Researchers at the Collaborative Center for X-linked Dystonia Parkinsonism (XDP) are working to identify the genetic roots of XDP and to develop new ways to treat this degenerative disorder.

What is X-linked Dystonia Parkinsonism?

X-linked dystonia parkinsonism (XDP) was first reported by Lillian Lee, MD, MHA, et al in 1976. It is an adult-onset, genetic movement disorder that predominantly affects males who descend from the Philippine Island of Panay.

XDP is a progressive disease in which patients have significant degeneration of the medium spiny neurons in the striosome (one of two complementary chemical compartments in the striatum, part of the forebrain).


Phases of XDP

XDP disease progression can typically be divided into three phases, though this does not apply in every case.

Dystonic Phase

In the majority of patients, XDP begins with involuntary muscle contractions that can occur in any part of the body. These contractions can manifest in many ways, including excessive eye blinking, repeated jaw opening and closing, or twisting/dragging a foot. Over the course of 2-5 years more muscles become affected, leading to twisting and uncomfortable postures.

When one part of the body is affected, it is called focal dystonia. When many muscle groups are affected, a patient is said to have generalized dystonia.

Dystonia and Parkinsonism

The next phase of XDP usually begins 7-15 years after the onset of focal dystonia. During this phase, the patient has features of both generalized dystonia and parkinsonism. The parkinsonian features include bradykinesia (slowness of movements and reflexes), shuffling gait and rest tremor.

Parkinsonism Phase

By 15 years after onset, XDP patients primarily show features of parkinsonism. In 6% of patients, XDP manifests primarily as parkinsonism, without evidence of dystonia. Many patients have responded well to deep brain stimulation as a treatment for dystonic symptoms.


Prognosis

As XDP progresses, patients become more disabled and are eventually unable to work. In the late stages of disease, patients become dependent on others, immobile and unable to care for themselves. Patients with XDP have a reduced life expectancy due to complications of disease.


Genetics

Recent CCXDP-funded research studies have shown that XDP is most likely caused by a disease-specific SINE-VNTR-Alu (SVA)-type retrotransposon insertion in an intron of the human TAF1 gene. The SVA contains a hexameric sequence (CCCTCT)n, the length of which is polymorphic among patients and inversely correlated to age of disease onset. The insertion results in aberrant TAF1 mRNA splicing and partial intron retention which decreases levels of the full-length transcript.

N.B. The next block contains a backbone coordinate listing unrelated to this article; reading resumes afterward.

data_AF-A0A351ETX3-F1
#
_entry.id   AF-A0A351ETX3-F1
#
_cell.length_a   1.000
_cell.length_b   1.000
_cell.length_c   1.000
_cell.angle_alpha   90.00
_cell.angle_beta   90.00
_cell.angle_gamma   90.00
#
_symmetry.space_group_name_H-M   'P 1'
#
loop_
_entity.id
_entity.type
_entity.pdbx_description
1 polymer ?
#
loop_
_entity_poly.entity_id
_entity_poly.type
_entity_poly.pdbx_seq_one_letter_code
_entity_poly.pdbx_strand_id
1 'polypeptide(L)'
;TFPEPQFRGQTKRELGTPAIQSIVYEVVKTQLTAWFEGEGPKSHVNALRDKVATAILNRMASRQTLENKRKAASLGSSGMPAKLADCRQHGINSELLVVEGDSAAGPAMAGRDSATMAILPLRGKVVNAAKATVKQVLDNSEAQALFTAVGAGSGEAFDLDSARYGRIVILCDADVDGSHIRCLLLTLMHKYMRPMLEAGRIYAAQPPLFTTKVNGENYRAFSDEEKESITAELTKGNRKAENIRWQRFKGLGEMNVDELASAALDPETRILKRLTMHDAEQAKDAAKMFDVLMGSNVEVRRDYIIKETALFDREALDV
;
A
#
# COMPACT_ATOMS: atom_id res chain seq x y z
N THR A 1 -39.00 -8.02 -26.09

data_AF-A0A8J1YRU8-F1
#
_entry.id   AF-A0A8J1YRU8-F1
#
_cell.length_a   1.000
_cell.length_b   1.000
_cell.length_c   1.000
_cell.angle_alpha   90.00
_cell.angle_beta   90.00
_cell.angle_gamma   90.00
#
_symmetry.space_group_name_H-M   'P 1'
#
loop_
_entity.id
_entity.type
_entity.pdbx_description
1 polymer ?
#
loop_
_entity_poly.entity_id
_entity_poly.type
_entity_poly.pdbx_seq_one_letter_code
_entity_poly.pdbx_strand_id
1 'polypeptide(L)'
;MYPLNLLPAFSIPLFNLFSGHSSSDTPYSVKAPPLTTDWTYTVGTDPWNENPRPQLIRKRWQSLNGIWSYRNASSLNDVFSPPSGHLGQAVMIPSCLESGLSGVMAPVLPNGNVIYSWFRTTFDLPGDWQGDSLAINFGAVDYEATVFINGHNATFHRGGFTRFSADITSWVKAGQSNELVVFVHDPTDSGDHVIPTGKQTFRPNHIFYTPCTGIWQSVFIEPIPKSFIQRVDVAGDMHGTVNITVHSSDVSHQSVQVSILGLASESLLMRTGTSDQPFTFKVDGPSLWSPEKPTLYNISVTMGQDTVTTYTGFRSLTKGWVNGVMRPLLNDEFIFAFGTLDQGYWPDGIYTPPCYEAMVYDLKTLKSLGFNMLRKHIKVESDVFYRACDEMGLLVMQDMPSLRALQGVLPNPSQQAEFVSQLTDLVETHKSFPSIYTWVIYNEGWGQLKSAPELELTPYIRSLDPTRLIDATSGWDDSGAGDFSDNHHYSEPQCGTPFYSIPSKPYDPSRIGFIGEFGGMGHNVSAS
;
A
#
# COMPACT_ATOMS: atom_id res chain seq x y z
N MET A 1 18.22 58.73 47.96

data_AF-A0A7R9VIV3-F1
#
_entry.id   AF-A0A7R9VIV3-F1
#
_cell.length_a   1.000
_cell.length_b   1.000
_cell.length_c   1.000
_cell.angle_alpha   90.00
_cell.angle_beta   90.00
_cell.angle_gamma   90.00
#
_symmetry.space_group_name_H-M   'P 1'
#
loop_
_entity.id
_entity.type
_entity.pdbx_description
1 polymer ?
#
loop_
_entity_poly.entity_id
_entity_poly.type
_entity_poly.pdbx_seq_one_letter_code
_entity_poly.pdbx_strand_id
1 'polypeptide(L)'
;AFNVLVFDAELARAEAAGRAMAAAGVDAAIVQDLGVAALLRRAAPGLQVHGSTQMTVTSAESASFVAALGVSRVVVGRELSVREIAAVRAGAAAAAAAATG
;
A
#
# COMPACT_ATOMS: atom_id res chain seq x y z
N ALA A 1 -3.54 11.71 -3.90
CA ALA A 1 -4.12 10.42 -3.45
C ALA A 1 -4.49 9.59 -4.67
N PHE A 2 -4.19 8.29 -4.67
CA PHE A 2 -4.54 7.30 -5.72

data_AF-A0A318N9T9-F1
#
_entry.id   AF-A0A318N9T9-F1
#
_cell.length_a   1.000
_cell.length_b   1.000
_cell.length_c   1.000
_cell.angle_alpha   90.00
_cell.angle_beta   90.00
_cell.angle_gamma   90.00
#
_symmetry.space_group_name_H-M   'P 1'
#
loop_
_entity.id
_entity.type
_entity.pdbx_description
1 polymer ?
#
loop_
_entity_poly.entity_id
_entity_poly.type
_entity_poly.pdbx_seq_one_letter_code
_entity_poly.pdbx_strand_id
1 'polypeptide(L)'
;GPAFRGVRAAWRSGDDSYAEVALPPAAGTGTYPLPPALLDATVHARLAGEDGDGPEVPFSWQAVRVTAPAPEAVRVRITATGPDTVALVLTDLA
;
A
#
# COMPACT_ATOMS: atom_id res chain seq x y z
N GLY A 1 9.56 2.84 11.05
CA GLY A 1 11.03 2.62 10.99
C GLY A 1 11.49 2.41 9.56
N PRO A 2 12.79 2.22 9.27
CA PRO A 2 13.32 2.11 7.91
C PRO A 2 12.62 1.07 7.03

Resources for Researchers

Induced Pluripotent Stem (iPSCs)

A collection iPSCs including affected men and women, unaffected controls, and carrier females is available at Wicell, Inc.

Lymphoblasts

Lymphoblasts from dystonia patients including XDP (DYT3) and controls may be requested from the Dystonia Partners Research Bank at MGH by contacting Trisha Multhaupt-Buell, M.S., CGC

DNA

DNA from dystonia patients including XDP (DYT3) are available at Coriell or from the Dystonia Partners Research Bank at MGH by contacting Trisha Multhaupt-Buell, M.S., CGC

Fibroblasts

An extensive collection of fibroblasts from dystonia patients, including XDP (DYT3), were recently deposited at RUCDR Infinite Biologicals and will come online on a rolling basis.  Fibroblasts may also be requested from the Dystonia Partners Research Bank at MGH by contacting Trisha Multhaupt-Buell, M.S., CGC.

Please note that fibroblasts are a limited resource. Availability will depend on how often lines are requested.

Post mortem brain tissue

Samples from a limited number of postmortem XDP brains are available for research. Control tissue is not currently available.

Please note that due to the precious nature of this resource, a supplementary application and review by the XDP Brain Bank Tissue Committee is required before tissue distribution. Please contact Science Officer Amy Alessi, PhD, for additional information.

Antibodies

Novel anti-C-TAF1 rabbit monoclonal antibody are available by request by contacting Amy Alessi, PhD.

De-identified clinical data

Please contact Clinical Program Research Manager, Trisha Multhaupt-Buell, M.S., CGC for additional information.